Cast[edit]

Production[edit]

"We start the movie and we see little Billie and her mom singing, and we realize there's a dysfunction going on and her mom's unstable. She gets taken away from her mother and ends up in a foster home. Then, we meet her two friends, Louise and Roxanne, who are played by Da Brat and Tia Texada. They're her extended family. It's Billie's journey to understand why she feels abandoned by her mother. ... That's what drives her to want to sing. She connects with this [DJ] character. His name is Dice. He's sort of like what the mother is in terms of semi-dysfunctional".[3]

Carey on her character Glitter.

In 1997, American singer Mariah Carey began working on a film and soundtrack project titled All That Glitters.[4] However, during that period, her record company Columbia Records pressured Carey to release a compilation album, in time for the favorable holiday season in November.[4] Consequently, Carey put All That Glitters on hold, and released the compilation in November 1998.[4] Following an additional studio album in 1999, titled Rainbow, the project was delayed. She published some of the material on Rainbow, in which she fully exerted creative control over the album and its sound, and then, Carey completed her contract with Columbia Records. Later, she signed a US$ 100 million record deal with Virgin Records (EMI Records).[5] Carey was given full conceptual and creative control over the project.[5] She opted to record an album partly mixed with 1980s influenced disco and other similar genres, in order to go hand-in-hand with the film's setting.[6] As the release date grew nearer, the movie and album title were changed from All That Glitters to Glitter.[7] Carey developed the film's concept, which was later expanded by Kate Lanier She said they rewrote a lot of the screenplay on the set and it came from improvisation.[3] Filming sessions were held in New York City and Toronto in late September 2000.[8]

Release and promotion[edit]

Following commencement for Glitter and the release of the soundtrack's lead single "Loverboy", Carey embarked on a short promotional campaign for the song and its parent album. On July 19, 2001, Carey made a surprise appearance on the MTV program Total Request Live (TRL).[9] She came out onto the filming stage, pushing an ice cream cart while wearing an oversized shirt. Seemingly anxious and exhilarated, Carey began giving out individual bars of ice cream to fans and guests on the program, while waving to the crowd down below on Times Square, while diverging into a rambling monologue regarding therapy. Carey then walked to Daly's platform and began a striptease, in which she shed her shirt to reveal a tight yellow and green ensemble, leading him to exclaim "Mariah Carey has lost her mind!".[10]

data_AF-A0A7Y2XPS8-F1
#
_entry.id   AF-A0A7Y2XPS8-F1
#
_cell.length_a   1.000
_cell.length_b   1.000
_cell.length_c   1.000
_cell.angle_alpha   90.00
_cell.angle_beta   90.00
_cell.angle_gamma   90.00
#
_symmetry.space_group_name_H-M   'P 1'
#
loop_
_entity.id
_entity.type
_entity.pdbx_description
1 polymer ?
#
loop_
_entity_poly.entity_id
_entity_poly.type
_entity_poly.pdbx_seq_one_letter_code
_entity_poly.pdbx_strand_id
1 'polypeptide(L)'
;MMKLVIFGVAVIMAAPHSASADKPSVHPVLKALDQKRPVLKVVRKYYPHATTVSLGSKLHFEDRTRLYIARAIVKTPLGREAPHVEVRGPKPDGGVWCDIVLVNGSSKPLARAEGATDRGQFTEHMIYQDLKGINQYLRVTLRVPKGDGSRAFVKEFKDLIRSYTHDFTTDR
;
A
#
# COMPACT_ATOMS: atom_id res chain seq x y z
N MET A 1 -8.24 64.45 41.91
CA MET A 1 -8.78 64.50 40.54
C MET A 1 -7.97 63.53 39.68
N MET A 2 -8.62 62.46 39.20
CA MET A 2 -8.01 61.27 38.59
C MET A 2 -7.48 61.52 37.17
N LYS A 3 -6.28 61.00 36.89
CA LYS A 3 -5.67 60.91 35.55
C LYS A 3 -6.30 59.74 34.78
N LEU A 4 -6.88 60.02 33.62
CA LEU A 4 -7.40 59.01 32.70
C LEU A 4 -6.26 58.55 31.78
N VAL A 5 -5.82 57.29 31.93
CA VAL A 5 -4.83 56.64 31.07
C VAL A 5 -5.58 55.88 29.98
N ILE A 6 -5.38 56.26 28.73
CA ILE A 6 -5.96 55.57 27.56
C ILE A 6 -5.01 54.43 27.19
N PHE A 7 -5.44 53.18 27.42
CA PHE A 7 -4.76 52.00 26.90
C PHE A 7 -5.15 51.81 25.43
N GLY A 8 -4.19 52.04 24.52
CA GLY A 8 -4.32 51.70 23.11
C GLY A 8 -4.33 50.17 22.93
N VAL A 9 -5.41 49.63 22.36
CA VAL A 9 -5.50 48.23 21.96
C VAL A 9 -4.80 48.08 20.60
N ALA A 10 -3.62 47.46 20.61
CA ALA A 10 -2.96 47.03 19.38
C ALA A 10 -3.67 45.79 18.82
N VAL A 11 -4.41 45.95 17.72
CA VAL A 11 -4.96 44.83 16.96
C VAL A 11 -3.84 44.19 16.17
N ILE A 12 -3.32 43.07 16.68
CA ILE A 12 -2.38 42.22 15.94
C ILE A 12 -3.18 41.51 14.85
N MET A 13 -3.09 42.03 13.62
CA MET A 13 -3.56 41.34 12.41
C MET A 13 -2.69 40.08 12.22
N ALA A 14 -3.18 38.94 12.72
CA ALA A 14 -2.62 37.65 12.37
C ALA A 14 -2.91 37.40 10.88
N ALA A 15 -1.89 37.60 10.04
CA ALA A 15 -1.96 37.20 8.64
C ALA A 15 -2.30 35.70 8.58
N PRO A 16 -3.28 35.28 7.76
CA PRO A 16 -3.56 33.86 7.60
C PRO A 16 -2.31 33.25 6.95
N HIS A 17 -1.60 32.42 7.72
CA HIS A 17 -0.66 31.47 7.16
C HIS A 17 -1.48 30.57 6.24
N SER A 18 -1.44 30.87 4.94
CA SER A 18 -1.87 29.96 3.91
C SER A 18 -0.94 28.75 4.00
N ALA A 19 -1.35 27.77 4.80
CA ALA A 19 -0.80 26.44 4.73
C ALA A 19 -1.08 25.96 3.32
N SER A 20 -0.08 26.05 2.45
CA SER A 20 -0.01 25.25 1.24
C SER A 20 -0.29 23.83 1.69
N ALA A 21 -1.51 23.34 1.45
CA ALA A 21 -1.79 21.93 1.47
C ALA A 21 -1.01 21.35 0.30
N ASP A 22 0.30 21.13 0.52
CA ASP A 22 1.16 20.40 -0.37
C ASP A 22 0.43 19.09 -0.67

Carey promoted the film by making a public appearance during its opening day at the Fox Theater, Westwood Village

On July 20, Carey held a record signing at Roosevelt Field shopping mall in Long Island before fans and the media. As a camera crew covered the event, she began rambling on several points about life before finally discussing radio-host Howard Stern and how his form of humor on his program bothered her greatly. At that point, Carey's publicist Cindi Berger grabbed the microphone from her hand, and asked the news crew to stop filming.[11] On July 26, she was hospitalized, citing "extreme exhaustion" and a "physical and emotional breakdown".[12] Following her induction at an un-disclosed hospital in Connecticut, Carey remained hospitalized and under doctor's care for two weeks, followed by an extended absence from the public.[13]

Following Carey's publicized breakdown and hospitalization, Virgin Records and 20th Century Fox delayed the release of both Glitter, as well as its soundtrack of the same name.[14] The announcement was made on August 9, 2001, that both the soundtrack and the film would be postponed three weeks, respectively from August 21 to September 11, and from August 31 to September 21. When asked regarding the motives behind the delay, Nancy Berry, vice chairman of Virgin Music Group Worldwide, addressed Carey's personal and physical condition:

Mariah is looking forward to being able to participate in both her album and movie projects and we are hopeful that this new soundtrack release date will allow her to do so. She has been making great recovery progress, and continues to grow stronger every day. Virgin Music Worldwide continues to give its absolute commitment and support to Mariah on every level.[14]